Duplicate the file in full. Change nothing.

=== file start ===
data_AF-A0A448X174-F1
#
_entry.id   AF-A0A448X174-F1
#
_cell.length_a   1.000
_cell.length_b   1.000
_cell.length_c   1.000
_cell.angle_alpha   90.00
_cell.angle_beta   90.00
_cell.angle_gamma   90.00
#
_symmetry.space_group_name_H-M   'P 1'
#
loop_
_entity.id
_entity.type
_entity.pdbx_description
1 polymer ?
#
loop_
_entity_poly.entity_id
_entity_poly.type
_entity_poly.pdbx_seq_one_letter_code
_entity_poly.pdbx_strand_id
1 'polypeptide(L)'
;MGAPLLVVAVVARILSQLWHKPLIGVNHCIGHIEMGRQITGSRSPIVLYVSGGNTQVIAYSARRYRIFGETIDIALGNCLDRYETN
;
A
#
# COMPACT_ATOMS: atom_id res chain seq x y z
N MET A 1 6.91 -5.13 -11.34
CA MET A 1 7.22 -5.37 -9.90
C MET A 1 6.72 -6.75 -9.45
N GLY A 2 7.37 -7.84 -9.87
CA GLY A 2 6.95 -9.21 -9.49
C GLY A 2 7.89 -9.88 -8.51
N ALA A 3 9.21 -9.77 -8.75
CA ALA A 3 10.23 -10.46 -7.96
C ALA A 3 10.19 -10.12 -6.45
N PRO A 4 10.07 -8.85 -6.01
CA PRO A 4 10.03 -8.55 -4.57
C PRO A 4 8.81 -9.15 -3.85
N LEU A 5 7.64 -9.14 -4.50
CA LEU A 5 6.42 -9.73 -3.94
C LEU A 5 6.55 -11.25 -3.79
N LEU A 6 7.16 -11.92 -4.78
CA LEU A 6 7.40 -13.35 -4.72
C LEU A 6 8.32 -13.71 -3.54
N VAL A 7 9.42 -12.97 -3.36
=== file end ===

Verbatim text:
data_AF-A0A448X174-F1
#
_entry.id   AF-A0A448X174-F1
#
_cell.length_a   1.000
_cell.length_b   1.000
_cell.length_c   1.000
_cell.angle_alpha   90.00
_cell.angle_beta   90.00
_cell.angle_gamma   90.00
#
_symmetry.space_group_name_H-M   'P 1'
#
loop_
_entity.id
_entity.type
_entity.pdbx_description
1 polymer ?
#
loop_
_entity_poly.entity_id
_entity_poly.type
_entity_poly.pdbx_seq_one_letter_code
_entity_poly.pdbx_strand_id
1 'polypeptide(L)'
;MGAPLLVVAVVARILSQLWHKPLIGVNHCIGHIEMGRQITGSRSPIVLYVSGGNTQVIAYSARRYRIFGETIDIALGNCLDRYETN
;
A
#
# COMPACT_ATOMS: atom_id res chain seq x y z
N MET A 1 6.91 -5.13 -11.34
CA MET A 1 7.22 -5.37 -9.90
C MET A 1 6.72 -6.75 -9.45
N GLY A 2 7.37 -7.84 -9.87
CA GLY A 2 6.95 -9.21 -9.49
C GLY A 2 7.89 -9.88 -8.51
N ALA A 3 9.21 -9.77 -8.75
CA ALA A 3 10.23 -10.46 -7.96
C ALA A 3 10.19 -10.12 -6.45
N PRO A 4 10.07 -8.85 -6.01
CA PRO A 4 10.03 -8.55 -4.57
C PRO A 4 8.81 -9.15 -3.85
N LEU A 5 7.64 -9.14 -4.50
CA LEU A 5 6.42 -9.73 -3.94
C LEU A 5 6.55 -11.25 -3.79
N LEU A 6 7.16 -11.92 -4.78
CA LEU A 6 7.40 -13.35 -4.72
C LEU A 6 8.32 -13.71 -3.54
N VAL A 7 9.42 -12.97 -3.36